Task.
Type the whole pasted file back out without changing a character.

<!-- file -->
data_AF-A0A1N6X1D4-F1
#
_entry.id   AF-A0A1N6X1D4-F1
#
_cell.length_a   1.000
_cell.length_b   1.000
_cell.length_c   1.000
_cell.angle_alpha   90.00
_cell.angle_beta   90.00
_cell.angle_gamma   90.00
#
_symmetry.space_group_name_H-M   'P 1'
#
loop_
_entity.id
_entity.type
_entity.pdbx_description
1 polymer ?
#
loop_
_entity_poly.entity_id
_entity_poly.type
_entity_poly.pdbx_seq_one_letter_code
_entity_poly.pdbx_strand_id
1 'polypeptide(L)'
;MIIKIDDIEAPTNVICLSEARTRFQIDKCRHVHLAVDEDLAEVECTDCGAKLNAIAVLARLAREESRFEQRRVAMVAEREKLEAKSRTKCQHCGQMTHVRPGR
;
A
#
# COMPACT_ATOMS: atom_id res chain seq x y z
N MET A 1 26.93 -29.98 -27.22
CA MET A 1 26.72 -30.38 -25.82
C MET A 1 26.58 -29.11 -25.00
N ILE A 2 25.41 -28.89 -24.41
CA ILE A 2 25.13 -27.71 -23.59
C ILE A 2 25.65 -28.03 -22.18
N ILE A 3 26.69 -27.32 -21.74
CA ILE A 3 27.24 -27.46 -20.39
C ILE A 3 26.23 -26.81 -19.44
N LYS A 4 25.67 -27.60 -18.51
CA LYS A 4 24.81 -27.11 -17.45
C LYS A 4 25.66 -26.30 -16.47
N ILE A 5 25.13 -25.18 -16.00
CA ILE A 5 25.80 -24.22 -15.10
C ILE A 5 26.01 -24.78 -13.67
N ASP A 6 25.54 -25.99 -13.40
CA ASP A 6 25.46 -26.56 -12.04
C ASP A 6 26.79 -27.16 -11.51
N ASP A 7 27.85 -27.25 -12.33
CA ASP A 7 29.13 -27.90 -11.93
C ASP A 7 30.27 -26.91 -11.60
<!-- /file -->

data_AF-A0A1N6X1D4-F1
#
_entry.id   AF-A0A1N6X1D4-F1
#
_cell.length_a   1.000
_cell.length_b   1.000
_cell.length_c   1.000
_cell.angle_alpha   90.00
_cell.angle_beta   90.00
_cell.angle_gamma   90.00
#
_symmetry.space_group_name_H-M   'P 1'
#
loop_
_entity.id
_entity.type
_entity.pdbx_description
1 polymer ?
#
loop_
_entity_poly.entity_id
_entity_poly.type
_entity_poly.pdbx_seq_one_letter_code
_entity_poly.pdbx_strand_id
1 'polypeptide(L)'
;MIIKIDDIEAPTNVICLSEARTRFQIDKCRHVHLAVDEDLAEVECTDCGAKLNAIAVLARLAREESRFEQRRVAMVAEREKLEAKSRTKCQHCGQMTHVRPGR
;
A
#
# COMPACT_ATOMS: atom_id res chain seq x y z
N MET A 1 26.93 -29.98 -27.22
CA MET A 1 26.72 -30.38 -25.82
C MET A 1 26.58 -29.11 -25.00
N ILE A 2 25.41 -28.89 -24.41
CA ILE A 2 25.13 -27.71 -23.59
C ILE A 2 25.65 -28.03 -22.18
N ILE A 3 26.69 -27.32 -21.74
CA ILE A 3 27.24 -27.46 -20.39
C ILE A 3 26.23 -26.81 -19.44
N LYS A 4 25.67 -27.60 -18.51
CA LYS A 4 24.81 -27.11 -17.45
C LYS A 4 25.66 -26.30 -16.47
N ILE A 5 25.13 -25.18 -16.00
CA ILE A 5 25.80 -24.22 -15.10
C ILE A 5 26.01 -24.78 -13.67
N ASP A 6 25.54 -25.99 -13.40
CA ASP A 6 25.46 -26.56 -12.04
C ASP A 6 26.79 -27.16 -11.51
N ASP A 7 27.85 -27.25 -12.33
CA ASP A 7 29.13 -27.90 -11.93
C ASP A 7 30.27 -26.91 -11.60